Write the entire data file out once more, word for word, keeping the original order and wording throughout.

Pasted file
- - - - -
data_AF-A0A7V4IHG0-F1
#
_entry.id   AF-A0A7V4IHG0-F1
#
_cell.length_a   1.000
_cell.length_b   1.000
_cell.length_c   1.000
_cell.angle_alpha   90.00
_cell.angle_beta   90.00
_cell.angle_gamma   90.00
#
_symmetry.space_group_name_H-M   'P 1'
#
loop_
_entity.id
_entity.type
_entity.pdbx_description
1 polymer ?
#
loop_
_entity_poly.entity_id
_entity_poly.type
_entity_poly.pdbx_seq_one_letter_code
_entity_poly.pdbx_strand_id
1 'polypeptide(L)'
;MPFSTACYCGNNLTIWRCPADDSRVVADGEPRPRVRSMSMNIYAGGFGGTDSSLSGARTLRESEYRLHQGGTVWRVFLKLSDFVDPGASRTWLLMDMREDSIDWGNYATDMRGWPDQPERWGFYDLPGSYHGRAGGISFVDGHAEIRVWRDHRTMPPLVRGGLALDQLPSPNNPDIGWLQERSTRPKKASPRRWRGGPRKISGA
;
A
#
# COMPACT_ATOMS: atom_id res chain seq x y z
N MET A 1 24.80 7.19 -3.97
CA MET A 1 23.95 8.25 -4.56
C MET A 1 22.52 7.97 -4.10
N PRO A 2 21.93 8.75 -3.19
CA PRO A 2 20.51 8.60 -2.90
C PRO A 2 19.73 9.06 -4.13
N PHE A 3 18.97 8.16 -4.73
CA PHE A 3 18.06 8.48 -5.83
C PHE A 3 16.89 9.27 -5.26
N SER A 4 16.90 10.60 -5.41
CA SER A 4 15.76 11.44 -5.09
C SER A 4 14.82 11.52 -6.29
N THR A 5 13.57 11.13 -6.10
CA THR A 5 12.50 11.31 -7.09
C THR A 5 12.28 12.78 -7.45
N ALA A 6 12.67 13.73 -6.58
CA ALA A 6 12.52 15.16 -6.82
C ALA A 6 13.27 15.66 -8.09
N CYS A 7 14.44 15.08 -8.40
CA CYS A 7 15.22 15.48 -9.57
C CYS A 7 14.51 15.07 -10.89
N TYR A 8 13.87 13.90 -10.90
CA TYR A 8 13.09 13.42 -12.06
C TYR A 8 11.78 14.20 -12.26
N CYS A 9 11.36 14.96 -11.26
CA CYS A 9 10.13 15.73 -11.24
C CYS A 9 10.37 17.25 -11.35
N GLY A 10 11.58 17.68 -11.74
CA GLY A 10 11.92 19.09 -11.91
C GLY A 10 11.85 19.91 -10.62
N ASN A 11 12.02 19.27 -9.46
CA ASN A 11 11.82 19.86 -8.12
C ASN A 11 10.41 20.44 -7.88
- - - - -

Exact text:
data_AF-A0A7V4IHG0-F1
#
_entry.id   AF-A0A7V4IHG0-F1
#
_cell.length_a   1.000
_cell.length_b   1.000
_cell.length_c   1.000
_cell.angle_alpha   90.00
_cell.angle_beta   90.00
_cell.angle_gamma   90.00
#
_symmetry.space_group_name_H-M   'P 1'
#
loop_
_entity.id
_entity.type
_entity.pdbx_description
1 polymer ?
#
loop_
_entity_poly.entity_id
_entity_poly.type
_entity_poly.pdbx_seq_one_letter_code
_entity_poly.pdbx_strand_id
1 'polypeptide(L)'
;MPFSTACYCGNNLTIWRCPADDSRVVADGEPRPRVRSMSMNIYAGGFGGTDSSLSGARTLRESEYRLHQGGTVWRVFLKLSDFVDPGASRTWLLMDMREDSIDWGNYATDMRGWPDQPERWGFYDLPGSYHGRAGGISFVDGHAEIRVWRDHRTMPPLVRGGLALDQLPSPNNPDIGWLQERSTRPKKASPRRWRGGPRKISGA
;
A
#
# COMPACT_ATOMS: atom_id res chain seq x y z
N MET A 1 24.80 7.19 -3.97
CA MET A 1 23.95 8.25 -4.56
C MET A 1 22.52 7.97 -4.10
N PRO A 2 21.93 8.75 -3.19
CA PRO A 2 20.51 8.60 -2.90
C PRO A 2 19.73 9.06 -4.13
N PHE A 3 18.97 8.16 -4.73
CA PHE A 3 18.06 8.48 -5.83
C PHE A 3 16.89 9.27 -5.26
N SER A 4 16.90 10.60 -5.41
CA SER A 4 15.76 11.44 -5.09
C SER A 4 14.82 11.52 -6.29
N THR A 5 13.57 11.13 -6.10
CA THR A 5 12.50 11.31 -7.09
C THR A 5 12.28 12.78 -7.45
N ALA A 6 12.67 13.73 -6.58
CA ALA A 6 12.52 15.16 -6.82
C ALA A 6 13.27 15.66 -8.09
N CYS A 7 14.44 15.08 -8.40
CA CYS A 7 15.22 15.48 -9.57
C CYS A 7 14.51 15.07 -10.89
N TYR A 8 13.87 13.90 -10.90
CA TYR A 8 13.09 13.42 -12.06
C TYR A 8 11.78 14.20 -12.26
N CYS A 9 11.36 14.96 -11.26
CA CYS A 9 10.13 15.73 -11.24
C CYS A 9 10.37 17.25 -11.35
N GLY A 10 11.58 17.68 -11.74
CA GLY A 10 11.92 19.09 -11.91
C GLY A 10 11.85 19.91 -10.62
N ASN A 11 12.02 19.27 -9.46
CA ASN A 11 11.82 19.86 -8.12
C ASN A 11 10.41 20.44 -7.88